with Frank Turner, The Architects
House of Blues, Orlando, FL • February 16, 2010
It was ironic that the opening night of Flogging Molly’s two-show stint at the Orlando House of Blues fell on the eve of Lent because the only thing the band and their fans planned on giving up was their inhibitions and, maybe, a good night’s sleep. According to the wisdom of the Irish pub punk band’s jolly front man Dave King, that was perfectly acceptable. “Life’s too short to give up things you enjoy,” he proclaimed.
It’s also too short to waste time listening to bad music, so glory to your chosen God that this year’s Green 17 Tour was of the utmost quality.
Bathing the stage in sweat as if their lives depended on it, The Architects from Kansas City (not to be confused with the UK metalcore band of the same name) played like a bunch of punk kids who just discovered heavy metal. Black Sabbath chords and semi-epic guitar solos snuck up into otherwise straightforward melodic punk songs, and though it doesn’t sound like it should have worked, it came together quite seamlessly.
It was a safe bet to make that when The Architects took the stage, they did so in front of a virgin crowd. Aside from a short run on last year’s Warped Tour, these guys have yet to bust into the majority ruling class of popular music, but it can’t be for lack of intention. Tireless singer/guitarist Brandon Phillips punished his vocal chords as well as his knees from repeated falls to the stage in guitar play ecstasy, while lead guitarist Keenan Nichols threw off a half-dozen jump kicks and even a duck walk or two. Bassist Zach Phillips kept to the shadows but nearly burst a blood vessel in his neck from screaming along as a backing vocalist, and drummer Adam Phillips was the cornerstone of the sound, keeping the punk and the metal mixing fluently. “Bastards at the Gate” and “Pills” had the newbie crowd of listeners all hot and bothered and by set’s end these lowly openers had erected one hot room. Warming up a crowd? No problem for these confident rockers.
Hot on their heels was London’s Frank Turner. When last Turner came through town it was as part of The Revival Tour, the ensemble tour put on annually by Hot Water Music’s Chuck Ragan. He was acoustic, he was largely unknown, and he was brilliant. This time through town Turner had himself backed by a full band and was performing in front of a fun and frisky Flogging Molly crowd. Needless to say, his punk rock spiked lyrics and sing-a-long folk songs about revolution (“Sons of Liberty”), life on the road (“The Road”), and rockstars who are dicks (“Try This at Home”) was like a custom brew for this thirsty crowd. They lapped up every moment of the young songwriter’s set, especially when he invited an audience member up onstage to take a harmonica for a spin on a song.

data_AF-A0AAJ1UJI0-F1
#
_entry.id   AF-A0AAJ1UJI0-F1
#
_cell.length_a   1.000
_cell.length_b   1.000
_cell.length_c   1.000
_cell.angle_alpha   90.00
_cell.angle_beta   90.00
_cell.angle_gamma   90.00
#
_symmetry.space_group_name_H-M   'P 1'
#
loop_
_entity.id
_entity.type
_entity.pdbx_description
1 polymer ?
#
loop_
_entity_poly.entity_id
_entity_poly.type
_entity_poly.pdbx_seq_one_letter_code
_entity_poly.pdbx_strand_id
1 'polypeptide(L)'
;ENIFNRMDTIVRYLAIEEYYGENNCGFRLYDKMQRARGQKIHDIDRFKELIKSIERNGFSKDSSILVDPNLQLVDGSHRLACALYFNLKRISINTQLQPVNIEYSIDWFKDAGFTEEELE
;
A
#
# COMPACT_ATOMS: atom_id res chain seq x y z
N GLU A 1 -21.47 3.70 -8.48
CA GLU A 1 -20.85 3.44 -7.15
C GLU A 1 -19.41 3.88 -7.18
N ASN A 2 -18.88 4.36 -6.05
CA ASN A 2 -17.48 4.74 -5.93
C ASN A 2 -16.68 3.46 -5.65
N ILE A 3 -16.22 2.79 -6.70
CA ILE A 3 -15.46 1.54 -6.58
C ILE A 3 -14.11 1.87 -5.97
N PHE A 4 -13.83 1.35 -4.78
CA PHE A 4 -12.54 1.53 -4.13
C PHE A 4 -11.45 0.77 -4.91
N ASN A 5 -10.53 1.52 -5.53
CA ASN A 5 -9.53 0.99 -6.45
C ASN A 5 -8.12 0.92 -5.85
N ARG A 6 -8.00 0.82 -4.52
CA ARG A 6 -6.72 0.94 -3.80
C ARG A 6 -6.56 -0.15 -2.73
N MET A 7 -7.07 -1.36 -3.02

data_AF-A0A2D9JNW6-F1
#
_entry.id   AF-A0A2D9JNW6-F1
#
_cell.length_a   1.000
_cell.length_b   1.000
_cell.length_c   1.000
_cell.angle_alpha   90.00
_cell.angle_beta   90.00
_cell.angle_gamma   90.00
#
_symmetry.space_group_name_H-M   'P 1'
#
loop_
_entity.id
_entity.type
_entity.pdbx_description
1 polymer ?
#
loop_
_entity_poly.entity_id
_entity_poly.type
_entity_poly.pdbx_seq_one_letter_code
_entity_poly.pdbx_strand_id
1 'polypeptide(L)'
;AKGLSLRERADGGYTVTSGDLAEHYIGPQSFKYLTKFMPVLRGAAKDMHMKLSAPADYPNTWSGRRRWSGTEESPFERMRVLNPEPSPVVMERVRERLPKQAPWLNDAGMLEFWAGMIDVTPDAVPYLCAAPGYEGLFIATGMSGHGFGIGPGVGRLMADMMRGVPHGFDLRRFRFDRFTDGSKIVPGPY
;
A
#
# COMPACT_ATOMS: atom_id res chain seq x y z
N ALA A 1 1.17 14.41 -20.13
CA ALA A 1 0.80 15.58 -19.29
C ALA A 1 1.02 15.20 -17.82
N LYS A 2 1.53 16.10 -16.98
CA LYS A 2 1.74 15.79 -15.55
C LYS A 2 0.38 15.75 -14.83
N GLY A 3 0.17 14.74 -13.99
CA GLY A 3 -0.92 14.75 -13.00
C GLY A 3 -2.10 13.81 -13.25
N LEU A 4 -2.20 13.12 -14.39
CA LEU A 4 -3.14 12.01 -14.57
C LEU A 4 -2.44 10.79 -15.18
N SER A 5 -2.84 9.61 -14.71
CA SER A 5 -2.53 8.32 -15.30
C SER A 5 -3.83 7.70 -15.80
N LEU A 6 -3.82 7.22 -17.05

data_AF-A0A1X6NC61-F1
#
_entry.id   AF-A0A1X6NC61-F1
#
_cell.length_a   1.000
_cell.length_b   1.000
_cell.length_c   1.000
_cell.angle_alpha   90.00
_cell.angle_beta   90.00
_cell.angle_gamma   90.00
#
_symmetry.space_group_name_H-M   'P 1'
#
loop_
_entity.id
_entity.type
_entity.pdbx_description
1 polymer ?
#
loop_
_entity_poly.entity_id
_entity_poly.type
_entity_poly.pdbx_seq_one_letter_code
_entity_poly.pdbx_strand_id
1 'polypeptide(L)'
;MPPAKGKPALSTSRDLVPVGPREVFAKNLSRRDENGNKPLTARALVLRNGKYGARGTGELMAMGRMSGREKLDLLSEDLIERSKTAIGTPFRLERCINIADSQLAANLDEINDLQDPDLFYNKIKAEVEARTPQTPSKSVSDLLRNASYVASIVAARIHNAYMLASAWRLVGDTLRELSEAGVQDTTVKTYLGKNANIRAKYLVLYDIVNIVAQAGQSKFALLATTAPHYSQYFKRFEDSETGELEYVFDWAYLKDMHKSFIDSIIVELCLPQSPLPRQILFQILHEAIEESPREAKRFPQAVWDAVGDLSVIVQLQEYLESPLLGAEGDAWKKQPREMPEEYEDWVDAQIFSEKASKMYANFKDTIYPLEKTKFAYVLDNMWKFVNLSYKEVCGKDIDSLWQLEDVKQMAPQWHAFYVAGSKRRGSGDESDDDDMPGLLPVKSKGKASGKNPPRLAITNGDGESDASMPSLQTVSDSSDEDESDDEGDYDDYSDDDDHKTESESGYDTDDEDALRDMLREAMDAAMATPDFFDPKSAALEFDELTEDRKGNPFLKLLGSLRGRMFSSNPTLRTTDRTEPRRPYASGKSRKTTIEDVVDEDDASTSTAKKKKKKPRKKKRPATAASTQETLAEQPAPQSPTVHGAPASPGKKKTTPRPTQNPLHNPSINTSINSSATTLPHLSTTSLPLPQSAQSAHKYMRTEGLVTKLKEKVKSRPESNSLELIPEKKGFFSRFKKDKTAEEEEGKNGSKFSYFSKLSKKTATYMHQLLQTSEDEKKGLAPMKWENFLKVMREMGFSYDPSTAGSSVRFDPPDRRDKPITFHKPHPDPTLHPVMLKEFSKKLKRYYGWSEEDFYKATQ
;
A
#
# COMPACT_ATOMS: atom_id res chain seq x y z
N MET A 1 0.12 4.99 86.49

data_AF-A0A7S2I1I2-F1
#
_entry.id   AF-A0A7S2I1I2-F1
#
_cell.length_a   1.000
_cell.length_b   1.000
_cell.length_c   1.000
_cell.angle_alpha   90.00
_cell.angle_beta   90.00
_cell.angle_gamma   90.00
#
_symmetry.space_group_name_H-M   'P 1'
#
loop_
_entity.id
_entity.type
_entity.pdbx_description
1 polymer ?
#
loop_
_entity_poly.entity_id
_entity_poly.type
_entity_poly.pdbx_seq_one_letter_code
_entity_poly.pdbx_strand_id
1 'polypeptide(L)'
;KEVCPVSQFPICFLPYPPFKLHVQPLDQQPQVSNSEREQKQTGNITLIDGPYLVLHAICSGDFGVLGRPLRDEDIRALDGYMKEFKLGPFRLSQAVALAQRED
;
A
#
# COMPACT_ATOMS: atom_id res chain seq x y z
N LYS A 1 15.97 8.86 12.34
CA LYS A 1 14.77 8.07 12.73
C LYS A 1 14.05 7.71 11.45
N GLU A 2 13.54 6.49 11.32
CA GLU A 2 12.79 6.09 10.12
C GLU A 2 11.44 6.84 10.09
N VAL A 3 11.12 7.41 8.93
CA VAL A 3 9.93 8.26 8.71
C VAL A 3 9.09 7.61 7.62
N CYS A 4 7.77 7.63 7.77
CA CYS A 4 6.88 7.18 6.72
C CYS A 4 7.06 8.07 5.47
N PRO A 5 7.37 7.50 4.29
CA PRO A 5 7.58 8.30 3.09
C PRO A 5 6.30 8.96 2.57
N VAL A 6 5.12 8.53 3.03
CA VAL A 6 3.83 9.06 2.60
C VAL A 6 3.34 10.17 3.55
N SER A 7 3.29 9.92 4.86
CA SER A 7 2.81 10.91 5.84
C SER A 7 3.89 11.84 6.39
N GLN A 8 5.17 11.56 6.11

Turner is a little bit Bruce Springsteen, a little bit Joe Strummer, and – yes – a little bit Flogging Molly. That adds up to one delicious delicacy.
Flogging Molly comes through town at least once a year like clockwork, and yet this band never fails to churn up the Orlando fans into a frothy, frolicking, beautiful mess. Their songs celebrate and commemorate life and all of its luxuries and losses. Their band includes a banjo, a mandolin, a violin, and an accordion (fun fact: played by former pro-skateboarder Matt Hensley), in addition to the usual suspects of guitar, drums, and bass. On paper they don’t exactly scream “MOSH PIT,” but one formed before the welcoming applause had time to die down, and it never let up. Such is the magnetic, genre-defying draw of this band that isn’t anywhere near as street punk as their peers Dropkick Murphys, but is every bit as powerful onstage.
Flame-haired front man Dave King sucked down beers between songs and urged the room to follow suit. His smile loomed bright, and he often became so overwhelmed by the music that he screamed while dancing with his guitar across the stage. His energy should be bottled and sold at the door… maybe it was. It would explain all of the happy faces that never even broke when bodies toppled over top of their heads – happy faces that even found their way onto the mouths of the men in the Security shirts.
As for the set list, it was all playlist worthy. “Requiem For a Dying Song” got the party started early, “The Worst Day Since Yesterday” allowed the room to scream through their life’s frustrations, “You Won’t Make a Fool Out of Me” let them laugh at their problems, and an acoustic performance of “Float” surely must have brought a tear to an eye or two. It was the kind of concert that reminds music fans why they go to shows in the first place. Some forms of music are best when celebrated with a roomful of strangers.